Today's Evil Beet Gossip

Taylor Swift is a Plagiarist

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One thing I never get sick of is hearing about—and subsequently writing—negative Taylor Swift press. It really gets me going in a way that coffee just can’t. It’s a visceral ‘zing!’; an instant high. And in this case? Well, this might last me for the rest of the day. Taylor Swift—the very precious, darling, innocent Taylor Swift—has been accused of ripping off lyrics from another artist. The songwriter in question is Matt Nathanson, and Taylor’s never made it a secret that she really, really admires his work, but this time, she’s admired it so hard that it somehow ended up verbatim in one of her songs.

Taylor’s most recent single, ‘All Too Well’, has a lyric that states … well, this: “and I forget about you long enough to forget why I needed to.” And Nathanson wrote a song back in 2003 called ‘I Saw’, and it has a lyric in it that says this: “and I’ll forget about you long enough to forget why I need to.” The only real difference, you see, is that Taylor went and changed the word “needed” to “need” and “I’ll” to “I.” Because that takes all copyright infringements away, right? Yeah, I guess she would think that.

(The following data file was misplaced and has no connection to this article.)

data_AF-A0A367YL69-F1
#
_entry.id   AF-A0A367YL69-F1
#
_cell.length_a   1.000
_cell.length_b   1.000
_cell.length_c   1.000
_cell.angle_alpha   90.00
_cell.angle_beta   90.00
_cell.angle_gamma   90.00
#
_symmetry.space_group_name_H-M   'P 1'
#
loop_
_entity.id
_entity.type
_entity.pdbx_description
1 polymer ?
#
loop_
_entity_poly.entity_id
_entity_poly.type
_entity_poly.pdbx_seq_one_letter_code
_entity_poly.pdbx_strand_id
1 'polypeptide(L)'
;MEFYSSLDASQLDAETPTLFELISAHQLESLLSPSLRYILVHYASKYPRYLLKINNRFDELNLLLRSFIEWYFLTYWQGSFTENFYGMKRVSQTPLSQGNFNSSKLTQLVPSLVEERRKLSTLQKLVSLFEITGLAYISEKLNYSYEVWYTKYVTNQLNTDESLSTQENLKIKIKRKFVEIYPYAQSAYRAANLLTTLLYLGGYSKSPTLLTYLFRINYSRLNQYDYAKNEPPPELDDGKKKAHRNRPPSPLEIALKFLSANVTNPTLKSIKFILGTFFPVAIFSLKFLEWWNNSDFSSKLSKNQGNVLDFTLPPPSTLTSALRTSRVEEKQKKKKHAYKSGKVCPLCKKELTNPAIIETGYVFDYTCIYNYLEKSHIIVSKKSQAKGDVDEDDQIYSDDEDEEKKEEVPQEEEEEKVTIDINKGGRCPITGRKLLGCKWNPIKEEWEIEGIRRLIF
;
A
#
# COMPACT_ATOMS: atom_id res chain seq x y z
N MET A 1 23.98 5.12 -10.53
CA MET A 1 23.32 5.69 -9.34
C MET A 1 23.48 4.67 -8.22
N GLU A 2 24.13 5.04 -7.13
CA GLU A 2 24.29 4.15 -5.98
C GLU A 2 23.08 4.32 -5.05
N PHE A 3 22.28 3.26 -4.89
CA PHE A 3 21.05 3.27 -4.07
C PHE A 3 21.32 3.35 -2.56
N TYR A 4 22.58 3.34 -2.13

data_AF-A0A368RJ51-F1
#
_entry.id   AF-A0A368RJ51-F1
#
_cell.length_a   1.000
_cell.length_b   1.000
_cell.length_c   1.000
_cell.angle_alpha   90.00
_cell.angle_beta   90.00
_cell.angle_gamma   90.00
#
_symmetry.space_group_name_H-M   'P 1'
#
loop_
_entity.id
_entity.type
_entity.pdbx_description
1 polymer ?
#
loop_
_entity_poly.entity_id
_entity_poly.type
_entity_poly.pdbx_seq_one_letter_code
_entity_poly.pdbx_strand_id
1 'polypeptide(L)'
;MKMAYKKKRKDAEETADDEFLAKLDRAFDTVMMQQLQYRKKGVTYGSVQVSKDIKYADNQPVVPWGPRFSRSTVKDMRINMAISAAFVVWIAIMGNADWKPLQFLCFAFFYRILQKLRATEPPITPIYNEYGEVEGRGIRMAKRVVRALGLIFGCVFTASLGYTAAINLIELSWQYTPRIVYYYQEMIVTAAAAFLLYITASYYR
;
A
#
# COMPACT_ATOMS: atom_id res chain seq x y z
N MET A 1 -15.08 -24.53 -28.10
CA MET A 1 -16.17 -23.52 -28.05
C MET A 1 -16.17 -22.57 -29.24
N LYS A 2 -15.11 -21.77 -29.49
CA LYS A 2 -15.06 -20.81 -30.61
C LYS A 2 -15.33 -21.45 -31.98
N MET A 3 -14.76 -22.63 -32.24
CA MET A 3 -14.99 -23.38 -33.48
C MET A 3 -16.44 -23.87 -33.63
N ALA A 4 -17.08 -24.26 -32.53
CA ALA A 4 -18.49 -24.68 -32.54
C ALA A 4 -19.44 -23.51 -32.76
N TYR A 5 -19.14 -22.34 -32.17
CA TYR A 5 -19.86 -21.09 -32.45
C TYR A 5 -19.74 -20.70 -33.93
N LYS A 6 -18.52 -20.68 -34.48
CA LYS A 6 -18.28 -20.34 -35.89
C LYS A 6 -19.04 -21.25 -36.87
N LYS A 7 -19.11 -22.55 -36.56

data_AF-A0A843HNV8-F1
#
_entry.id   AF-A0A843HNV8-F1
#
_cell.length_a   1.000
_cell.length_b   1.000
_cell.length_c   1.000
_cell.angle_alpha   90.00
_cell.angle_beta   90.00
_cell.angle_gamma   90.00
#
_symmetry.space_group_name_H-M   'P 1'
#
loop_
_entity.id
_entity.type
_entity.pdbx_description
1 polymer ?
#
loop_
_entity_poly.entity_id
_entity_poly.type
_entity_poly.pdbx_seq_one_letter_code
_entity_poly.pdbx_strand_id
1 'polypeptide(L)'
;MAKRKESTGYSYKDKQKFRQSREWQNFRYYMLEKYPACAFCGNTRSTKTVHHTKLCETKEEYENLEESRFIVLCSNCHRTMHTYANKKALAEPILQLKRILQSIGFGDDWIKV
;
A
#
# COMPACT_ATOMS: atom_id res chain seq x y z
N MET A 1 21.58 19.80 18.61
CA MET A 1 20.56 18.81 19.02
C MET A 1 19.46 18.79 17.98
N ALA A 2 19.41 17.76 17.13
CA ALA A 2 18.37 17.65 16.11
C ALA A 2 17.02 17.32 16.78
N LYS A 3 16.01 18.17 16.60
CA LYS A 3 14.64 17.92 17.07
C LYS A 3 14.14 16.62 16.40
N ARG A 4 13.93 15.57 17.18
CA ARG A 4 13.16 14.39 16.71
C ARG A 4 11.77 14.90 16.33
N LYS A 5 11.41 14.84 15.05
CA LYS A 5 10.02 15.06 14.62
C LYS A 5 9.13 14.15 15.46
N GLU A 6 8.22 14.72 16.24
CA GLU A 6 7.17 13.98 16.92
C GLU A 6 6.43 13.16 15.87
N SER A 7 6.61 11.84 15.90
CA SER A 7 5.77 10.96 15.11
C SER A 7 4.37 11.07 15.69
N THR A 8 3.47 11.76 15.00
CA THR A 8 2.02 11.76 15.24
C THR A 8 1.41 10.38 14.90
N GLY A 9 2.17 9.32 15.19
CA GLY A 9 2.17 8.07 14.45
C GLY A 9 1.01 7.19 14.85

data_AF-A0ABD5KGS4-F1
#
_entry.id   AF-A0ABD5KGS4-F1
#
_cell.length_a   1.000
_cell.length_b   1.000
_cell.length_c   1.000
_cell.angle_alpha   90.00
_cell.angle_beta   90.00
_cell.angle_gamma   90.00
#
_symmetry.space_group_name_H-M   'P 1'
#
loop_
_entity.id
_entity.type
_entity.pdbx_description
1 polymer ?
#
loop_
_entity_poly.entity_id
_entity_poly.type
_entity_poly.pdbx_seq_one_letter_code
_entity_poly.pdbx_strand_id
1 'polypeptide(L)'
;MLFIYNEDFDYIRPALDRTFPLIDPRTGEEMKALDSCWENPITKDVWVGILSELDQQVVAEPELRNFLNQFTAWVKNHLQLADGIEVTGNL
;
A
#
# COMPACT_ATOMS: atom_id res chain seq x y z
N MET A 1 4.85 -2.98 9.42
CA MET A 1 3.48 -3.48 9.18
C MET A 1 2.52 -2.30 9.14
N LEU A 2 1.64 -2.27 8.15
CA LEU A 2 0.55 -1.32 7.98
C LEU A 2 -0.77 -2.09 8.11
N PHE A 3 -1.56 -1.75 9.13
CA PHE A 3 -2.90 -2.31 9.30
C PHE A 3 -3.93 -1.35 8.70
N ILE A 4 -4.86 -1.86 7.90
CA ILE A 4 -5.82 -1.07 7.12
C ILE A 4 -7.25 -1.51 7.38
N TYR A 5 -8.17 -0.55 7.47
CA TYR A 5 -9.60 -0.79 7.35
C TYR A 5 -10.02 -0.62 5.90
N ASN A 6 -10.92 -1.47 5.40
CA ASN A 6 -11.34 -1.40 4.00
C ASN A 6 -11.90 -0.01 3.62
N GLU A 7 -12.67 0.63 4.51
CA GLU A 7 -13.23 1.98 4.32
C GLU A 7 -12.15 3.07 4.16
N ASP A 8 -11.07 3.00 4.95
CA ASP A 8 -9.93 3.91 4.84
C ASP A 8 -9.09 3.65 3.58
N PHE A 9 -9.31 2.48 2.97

It gets better, though—when Nathanson saw that Taylor had ripped one of his lyrics, he didn’t just sit back and take the flattery: he took his gripe to Twitter, where followers of Taylor positively tried to eviscerate Matt, telling him he was a prick. This is what Matt had to say on Twitter that set Taylor’s followers afire:

“She’s definitely a fan… and now she’s a thief.”

Can I tell you how hard I love this? Reps for Taylor have yet to release a statement, but I hope to God that Matt Nathanson has the balls to go forward and file a lawsuit or a claim or something against this silly little ho, because really. STICK IT TO TAYLOR SWIFT.

5 CommentsLeave a comment

  • I guess my deal here is who cares? It’s not like the thought is all that deep. It’s worth neither ripping off nor writing in the first place.

  • I studied music law. THIS is completely irrelevant unless either party pushes this to make some extra $$$. Just think ‘Wave your hands like you just don’t care’ – how many people have you heard sing that? It’s much more serious when it comes to the music itself.

  • How is the theft of a lyric irrelevant? Wouldn’t most readers of this site be offended by the “evil rich person” profiting off of an idea stolen from a lesser-known artist? How about those who haven’t been able to listen to the radio for a good decade or more, precisely because the ones getting all the airplay lack talent? Most importantly, how about the writer, who could be using the money made from a co-writing credit on Taylor’s song to further his career, you think it’s irrelevant to him? And what does it mean “much more serious when it comes to the music itself”? There is no such thing as a musically innovative country song, they get more simplistic and formulaic by the hour. In what universe would ANY popular country artist be sued for repeating the standard 1-4-5 chord progression that’s been heard in every country song ever written? In conclusion, nothing you said is true, and you should feel bad.

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